“And there's murder on the routes, only it always comes out manslaughter or unavoidable accident.”

“Might I ask if you're going in there, Officer?”

“I am if I want to disobey orders.”

“Do you?”

“No.”

“I won't presume to warn you that there just might be footprints somewhere.”

“Lieutenant Griggs had the same idea.”

Gamadge went off up the slope, but when he reached the upper corner of the rose garden he paused and looked over his shoulder. Seeing that the officer was staring fixedly into the enclosure, quite fascinated by Apollo, he turned left instead of going on to the house.

Halfway along the west side of the garden he swung right and went through shrubbery to the tool house. Hands in pockets, head a little down, he looked the very picture of an idler lost in meditation; but he was retracing the paths that might have been taken by a murderer.

He stopped at the tool house steps to look at Cora Malcolm's cigarette end and burnt match, which lay in the grass beside them; he went into the tool house, and wandered about there. He looked into the open box which contained the croquet set; the red mallet wasn't there, of course, but the red ball was. She hadn't taken that.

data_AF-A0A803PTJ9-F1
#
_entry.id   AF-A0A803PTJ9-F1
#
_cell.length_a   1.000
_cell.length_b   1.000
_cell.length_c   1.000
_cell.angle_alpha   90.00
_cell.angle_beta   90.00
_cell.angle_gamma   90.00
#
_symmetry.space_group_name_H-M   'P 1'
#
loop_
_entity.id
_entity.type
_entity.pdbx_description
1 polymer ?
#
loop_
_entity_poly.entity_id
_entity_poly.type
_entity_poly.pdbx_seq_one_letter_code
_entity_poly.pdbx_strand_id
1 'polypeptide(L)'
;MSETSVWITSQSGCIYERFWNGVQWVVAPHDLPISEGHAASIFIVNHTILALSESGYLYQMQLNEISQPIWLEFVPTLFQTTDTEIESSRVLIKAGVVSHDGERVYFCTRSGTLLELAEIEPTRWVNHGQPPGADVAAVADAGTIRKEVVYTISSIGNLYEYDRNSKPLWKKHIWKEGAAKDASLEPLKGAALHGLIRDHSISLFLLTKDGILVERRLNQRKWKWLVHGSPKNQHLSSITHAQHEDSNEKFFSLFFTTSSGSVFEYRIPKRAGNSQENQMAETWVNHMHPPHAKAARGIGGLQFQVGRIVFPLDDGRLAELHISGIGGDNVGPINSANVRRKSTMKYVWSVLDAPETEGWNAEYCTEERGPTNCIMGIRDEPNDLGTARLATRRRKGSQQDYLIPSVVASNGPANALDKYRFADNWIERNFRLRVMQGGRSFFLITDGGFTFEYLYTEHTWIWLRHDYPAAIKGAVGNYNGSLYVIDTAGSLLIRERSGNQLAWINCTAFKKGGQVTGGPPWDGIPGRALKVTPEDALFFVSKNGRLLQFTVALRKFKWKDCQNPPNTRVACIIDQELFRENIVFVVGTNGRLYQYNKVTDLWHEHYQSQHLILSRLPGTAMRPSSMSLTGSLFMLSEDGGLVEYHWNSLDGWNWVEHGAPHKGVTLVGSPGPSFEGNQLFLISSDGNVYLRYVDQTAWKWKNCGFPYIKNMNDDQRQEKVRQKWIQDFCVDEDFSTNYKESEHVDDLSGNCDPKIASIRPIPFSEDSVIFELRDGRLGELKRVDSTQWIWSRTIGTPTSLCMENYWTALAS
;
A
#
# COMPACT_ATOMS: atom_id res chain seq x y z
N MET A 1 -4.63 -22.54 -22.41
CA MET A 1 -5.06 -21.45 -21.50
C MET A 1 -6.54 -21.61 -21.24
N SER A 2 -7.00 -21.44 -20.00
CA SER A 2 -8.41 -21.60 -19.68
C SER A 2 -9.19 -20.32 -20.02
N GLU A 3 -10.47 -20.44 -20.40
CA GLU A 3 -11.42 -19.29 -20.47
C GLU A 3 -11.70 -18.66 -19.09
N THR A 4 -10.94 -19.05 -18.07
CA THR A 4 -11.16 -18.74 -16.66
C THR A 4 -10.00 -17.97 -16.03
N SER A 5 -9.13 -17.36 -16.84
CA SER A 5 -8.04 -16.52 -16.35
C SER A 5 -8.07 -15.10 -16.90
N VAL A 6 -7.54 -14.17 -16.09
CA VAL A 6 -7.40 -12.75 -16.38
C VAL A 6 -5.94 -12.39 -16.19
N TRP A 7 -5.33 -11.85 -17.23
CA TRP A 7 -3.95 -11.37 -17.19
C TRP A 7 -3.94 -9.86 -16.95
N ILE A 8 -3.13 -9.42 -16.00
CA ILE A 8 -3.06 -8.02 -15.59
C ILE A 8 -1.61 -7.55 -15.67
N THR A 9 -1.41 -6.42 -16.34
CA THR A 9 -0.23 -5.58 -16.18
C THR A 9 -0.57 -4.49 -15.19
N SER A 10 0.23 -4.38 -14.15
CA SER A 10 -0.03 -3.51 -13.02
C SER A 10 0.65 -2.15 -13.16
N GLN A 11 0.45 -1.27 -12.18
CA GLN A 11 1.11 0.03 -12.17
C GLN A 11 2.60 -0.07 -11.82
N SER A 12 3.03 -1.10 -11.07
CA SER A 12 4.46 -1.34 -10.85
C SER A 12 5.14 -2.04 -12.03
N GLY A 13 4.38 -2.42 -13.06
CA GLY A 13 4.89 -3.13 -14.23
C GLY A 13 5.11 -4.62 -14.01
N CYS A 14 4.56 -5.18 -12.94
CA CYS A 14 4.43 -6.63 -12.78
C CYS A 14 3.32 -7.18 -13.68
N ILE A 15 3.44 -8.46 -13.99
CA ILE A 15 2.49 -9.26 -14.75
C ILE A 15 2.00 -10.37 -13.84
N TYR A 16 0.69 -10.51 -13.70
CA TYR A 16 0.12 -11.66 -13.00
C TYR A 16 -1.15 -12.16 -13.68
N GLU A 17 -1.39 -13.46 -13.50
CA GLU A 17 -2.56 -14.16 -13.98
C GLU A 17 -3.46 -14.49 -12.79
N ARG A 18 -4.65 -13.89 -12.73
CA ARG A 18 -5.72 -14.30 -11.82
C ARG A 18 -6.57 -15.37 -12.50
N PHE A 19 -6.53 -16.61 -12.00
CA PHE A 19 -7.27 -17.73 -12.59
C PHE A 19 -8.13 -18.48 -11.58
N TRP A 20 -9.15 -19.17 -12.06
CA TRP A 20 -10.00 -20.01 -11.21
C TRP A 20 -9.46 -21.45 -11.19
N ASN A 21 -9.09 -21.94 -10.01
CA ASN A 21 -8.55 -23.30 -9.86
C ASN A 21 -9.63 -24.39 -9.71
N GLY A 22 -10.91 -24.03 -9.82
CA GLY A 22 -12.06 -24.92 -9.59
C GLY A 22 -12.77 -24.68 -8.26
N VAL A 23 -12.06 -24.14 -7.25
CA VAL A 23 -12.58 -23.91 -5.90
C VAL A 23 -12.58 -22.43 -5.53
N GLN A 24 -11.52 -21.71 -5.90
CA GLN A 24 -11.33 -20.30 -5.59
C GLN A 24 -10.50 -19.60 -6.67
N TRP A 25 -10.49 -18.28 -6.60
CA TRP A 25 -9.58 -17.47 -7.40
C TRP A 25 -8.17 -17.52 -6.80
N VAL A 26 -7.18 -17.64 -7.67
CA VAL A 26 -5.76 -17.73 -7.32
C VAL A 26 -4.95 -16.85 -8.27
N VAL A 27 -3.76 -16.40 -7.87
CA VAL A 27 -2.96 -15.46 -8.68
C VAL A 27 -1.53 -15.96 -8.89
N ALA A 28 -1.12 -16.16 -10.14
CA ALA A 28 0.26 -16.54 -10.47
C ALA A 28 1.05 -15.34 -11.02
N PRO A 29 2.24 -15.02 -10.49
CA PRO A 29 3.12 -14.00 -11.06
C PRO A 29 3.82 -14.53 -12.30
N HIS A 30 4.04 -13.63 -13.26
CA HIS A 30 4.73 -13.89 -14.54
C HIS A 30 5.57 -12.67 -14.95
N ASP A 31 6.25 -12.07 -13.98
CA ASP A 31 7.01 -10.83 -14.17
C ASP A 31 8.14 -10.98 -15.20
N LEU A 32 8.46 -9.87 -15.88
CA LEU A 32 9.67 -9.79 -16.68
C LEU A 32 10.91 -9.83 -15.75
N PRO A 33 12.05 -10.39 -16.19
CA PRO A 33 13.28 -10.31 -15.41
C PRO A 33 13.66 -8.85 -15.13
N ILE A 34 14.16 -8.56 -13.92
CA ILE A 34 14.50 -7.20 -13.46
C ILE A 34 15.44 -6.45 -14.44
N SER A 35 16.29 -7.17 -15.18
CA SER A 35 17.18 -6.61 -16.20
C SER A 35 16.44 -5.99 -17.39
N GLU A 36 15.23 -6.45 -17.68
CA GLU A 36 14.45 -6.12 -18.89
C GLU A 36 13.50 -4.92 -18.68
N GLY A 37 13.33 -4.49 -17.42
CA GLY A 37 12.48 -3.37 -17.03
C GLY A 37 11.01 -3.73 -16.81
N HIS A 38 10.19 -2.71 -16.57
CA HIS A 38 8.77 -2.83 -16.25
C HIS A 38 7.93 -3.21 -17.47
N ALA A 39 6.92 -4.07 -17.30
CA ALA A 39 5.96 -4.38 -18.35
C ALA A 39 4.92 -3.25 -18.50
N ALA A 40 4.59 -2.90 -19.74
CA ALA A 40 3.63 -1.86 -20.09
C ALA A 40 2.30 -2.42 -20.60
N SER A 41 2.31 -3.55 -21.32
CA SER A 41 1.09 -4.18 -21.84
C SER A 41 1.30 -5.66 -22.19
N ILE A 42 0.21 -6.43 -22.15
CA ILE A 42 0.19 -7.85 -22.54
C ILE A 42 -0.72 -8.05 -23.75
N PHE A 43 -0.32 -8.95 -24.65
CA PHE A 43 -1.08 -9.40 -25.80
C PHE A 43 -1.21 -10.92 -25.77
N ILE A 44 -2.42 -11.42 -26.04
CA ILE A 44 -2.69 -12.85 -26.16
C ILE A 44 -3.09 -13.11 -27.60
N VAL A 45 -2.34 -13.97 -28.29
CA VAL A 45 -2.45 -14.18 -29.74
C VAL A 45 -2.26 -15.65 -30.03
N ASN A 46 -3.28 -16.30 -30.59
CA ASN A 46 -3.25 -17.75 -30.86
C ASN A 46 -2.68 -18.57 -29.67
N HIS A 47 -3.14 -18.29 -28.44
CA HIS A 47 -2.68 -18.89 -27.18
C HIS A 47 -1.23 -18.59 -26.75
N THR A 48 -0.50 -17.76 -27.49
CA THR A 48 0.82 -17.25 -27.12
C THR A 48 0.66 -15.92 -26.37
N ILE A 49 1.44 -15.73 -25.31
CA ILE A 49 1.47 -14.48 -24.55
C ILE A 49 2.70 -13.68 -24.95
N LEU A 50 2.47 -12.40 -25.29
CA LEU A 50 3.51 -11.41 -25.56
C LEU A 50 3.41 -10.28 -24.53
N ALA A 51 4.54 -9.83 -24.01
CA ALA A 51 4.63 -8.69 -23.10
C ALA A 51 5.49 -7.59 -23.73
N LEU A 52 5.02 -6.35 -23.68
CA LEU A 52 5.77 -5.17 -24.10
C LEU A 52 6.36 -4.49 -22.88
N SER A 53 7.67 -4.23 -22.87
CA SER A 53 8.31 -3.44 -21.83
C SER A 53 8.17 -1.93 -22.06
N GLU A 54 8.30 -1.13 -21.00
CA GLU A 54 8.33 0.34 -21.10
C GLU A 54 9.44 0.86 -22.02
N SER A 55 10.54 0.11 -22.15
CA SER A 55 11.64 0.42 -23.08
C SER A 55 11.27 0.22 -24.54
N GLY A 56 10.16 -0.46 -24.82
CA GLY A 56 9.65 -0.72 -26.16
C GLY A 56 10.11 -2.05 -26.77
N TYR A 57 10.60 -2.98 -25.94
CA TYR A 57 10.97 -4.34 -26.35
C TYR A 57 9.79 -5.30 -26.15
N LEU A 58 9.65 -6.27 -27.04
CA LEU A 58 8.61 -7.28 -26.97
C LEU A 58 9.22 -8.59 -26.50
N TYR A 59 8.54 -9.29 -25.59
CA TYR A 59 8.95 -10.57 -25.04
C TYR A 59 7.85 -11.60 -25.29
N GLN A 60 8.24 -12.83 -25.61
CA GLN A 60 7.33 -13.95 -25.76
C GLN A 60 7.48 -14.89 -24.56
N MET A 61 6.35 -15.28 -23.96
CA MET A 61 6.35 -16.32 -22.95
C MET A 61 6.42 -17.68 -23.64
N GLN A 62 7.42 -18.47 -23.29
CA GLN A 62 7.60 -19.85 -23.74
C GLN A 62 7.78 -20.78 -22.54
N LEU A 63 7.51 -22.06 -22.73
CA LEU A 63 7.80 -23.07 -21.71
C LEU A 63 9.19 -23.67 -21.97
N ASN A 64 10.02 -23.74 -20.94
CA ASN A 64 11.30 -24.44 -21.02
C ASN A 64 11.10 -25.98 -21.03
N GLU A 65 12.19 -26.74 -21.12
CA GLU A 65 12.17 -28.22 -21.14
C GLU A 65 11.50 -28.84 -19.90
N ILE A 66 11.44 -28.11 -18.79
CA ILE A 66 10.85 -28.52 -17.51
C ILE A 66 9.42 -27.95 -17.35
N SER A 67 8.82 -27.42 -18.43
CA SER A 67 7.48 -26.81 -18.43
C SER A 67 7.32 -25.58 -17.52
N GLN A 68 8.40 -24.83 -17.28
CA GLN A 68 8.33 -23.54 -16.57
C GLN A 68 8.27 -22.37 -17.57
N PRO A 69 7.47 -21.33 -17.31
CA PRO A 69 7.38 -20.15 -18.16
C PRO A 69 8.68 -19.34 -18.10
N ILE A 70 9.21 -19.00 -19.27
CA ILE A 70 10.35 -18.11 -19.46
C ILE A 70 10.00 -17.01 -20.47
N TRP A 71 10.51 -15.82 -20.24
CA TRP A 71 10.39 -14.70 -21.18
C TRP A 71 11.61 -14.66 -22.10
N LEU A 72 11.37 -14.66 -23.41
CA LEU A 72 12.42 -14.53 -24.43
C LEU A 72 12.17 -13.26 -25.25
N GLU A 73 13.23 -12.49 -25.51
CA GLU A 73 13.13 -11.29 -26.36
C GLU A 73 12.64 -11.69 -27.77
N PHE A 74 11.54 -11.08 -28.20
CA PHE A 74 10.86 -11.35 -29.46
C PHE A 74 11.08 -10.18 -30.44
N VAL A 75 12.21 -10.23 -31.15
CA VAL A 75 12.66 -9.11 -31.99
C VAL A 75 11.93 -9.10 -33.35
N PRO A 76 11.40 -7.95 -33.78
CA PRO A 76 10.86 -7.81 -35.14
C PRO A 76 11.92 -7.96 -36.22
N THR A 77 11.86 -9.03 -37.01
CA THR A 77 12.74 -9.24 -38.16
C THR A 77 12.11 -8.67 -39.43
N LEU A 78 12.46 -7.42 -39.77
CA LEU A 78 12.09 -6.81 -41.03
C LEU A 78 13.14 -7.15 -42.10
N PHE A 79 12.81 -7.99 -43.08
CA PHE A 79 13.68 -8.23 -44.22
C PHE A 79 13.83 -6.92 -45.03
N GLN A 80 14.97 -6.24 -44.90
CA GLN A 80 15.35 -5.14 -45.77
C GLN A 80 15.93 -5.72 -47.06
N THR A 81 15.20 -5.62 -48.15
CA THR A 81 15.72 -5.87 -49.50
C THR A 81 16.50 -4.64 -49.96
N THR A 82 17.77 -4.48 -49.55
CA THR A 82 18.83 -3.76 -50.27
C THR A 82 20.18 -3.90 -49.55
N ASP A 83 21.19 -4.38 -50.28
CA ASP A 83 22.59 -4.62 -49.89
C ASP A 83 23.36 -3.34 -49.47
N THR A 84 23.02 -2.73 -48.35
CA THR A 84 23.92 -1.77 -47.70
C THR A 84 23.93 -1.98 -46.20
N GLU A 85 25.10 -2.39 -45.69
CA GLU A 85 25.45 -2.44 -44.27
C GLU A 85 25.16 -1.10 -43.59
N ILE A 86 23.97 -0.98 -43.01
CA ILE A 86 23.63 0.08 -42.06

He came out again, passed behind the tool house and through the gate into the woods, and went down the trail that led to the Loop. He paused at a spot behind the rose garden where the hedge was thin, where he could see Apollo. The props supporting him came through the fence and disappeared in a wide strip of brushwood and dead leaves. Gamadge stood for a moment gazing at the averted figure of the sun god, at the fold of tunic where the green props fitted so securely. A bare shoulder emerged from the tunic; so pitted and scarred it was, such an ugly gray, that it was less like wood than like a fragment of abandoned wasp's nest. He turned away and went on down the trail to the Loop.

He followed it down to the lower gate that led into the flower garden, not turning aside to visit the greenhouse or the kitchen gardens; went through the gate, and along a path to the high wall of cosmos. He passed behind this, and returned to the gate by the path that skirted the orchard. He did not go into the orchard.

Retracing his way, he came out behind the tool house; cut from that point to the side lawn, and in the fading light reached the terrace steps.

CHAPTER SIX
Gouch

L
IEUTENANT GRIGGS
of the Rivertown state police had a short, square face which seldom showed other expression than a granite calm. But although the daylight lamp on Redfield's studio worktable did not light up his features, which were in shadow, the shadow was not deep enough to hide the fact that the lieutenant's brow was furrowed.